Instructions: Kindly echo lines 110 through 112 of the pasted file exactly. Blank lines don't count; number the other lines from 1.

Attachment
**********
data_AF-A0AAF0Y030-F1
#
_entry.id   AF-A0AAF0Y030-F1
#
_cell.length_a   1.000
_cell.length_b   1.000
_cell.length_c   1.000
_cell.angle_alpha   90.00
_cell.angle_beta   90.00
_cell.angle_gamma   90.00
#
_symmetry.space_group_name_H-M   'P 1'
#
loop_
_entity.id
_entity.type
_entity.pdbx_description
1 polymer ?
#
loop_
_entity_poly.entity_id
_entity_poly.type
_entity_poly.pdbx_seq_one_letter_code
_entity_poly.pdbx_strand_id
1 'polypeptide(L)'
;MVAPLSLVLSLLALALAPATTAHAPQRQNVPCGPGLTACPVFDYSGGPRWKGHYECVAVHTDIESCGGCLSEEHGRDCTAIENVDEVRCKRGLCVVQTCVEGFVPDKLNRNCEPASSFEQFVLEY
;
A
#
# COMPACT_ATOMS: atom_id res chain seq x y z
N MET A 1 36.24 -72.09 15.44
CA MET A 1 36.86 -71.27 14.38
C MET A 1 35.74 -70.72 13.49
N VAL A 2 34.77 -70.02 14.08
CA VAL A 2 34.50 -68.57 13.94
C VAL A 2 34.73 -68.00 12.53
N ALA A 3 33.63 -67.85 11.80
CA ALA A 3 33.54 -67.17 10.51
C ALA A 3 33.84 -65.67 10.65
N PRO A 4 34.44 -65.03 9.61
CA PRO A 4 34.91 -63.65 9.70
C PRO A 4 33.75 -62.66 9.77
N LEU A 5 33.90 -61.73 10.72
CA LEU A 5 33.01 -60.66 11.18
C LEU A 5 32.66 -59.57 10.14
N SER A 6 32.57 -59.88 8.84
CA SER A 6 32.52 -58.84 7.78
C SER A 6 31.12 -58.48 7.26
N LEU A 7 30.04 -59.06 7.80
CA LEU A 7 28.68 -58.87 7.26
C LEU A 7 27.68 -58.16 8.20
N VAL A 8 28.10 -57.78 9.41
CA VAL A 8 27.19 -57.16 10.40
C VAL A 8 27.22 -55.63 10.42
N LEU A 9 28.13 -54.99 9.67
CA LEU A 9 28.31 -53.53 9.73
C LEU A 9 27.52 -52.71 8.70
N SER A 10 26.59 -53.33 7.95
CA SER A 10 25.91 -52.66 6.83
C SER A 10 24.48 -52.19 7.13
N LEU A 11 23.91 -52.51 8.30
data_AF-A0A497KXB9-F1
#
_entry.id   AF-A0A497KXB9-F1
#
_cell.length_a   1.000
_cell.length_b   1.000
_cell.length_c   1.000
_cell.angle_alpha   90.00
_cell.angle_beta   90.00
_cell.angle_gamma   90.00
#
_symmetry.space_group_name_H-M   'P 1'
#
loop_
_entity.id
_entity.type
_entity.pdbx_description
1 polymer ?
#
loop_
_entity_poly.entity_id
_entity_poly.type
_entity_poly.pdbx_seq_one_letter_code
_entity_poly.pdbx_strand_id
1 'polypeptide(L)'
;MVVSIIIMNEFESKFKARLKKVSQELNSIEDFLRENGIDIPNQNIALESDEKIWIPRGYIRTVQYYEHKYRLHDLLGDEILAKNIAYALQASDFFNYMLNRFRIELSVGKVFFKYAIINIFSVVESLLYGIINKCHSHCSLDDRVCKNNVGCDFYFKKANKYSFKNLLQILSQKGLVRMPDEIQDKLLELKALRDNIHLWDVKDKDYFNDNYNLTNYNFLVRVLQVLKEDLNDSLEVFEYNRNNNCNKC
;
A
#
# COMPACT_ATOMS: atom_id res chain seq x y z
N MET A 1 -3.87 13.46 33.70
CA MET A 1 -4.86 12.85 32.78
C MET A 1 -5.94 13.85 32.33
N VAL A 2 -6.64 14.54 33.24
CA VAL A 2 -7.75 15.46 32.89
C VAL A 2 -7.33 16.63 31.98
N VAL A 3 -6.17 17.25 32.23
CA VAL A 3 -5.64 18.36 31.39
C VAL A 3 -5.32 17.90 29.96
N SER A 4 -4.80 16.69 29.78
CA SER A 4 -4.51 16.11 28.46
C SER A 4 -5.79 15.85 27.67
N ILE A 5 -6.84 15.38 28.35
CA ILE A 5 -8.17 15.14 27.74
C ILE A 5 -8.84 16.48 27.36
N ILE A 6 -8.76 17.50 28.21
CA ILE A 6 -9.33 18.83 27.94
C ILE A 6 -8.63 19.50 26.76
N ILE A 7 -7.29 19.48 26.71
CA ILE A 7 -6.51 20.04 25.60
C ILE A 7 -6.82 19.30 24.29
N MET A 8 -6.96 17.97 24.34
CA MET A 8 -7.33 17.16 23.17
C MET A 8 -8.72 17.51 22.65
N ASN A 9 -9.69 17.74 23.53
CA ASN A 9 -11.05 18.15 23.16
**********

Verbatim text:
N ILE A 7 -7.29 19.48 26.71
CA ILE A 7 -6.51 20.04 25.60
C ILE A 7 -6.82 19.30 24.29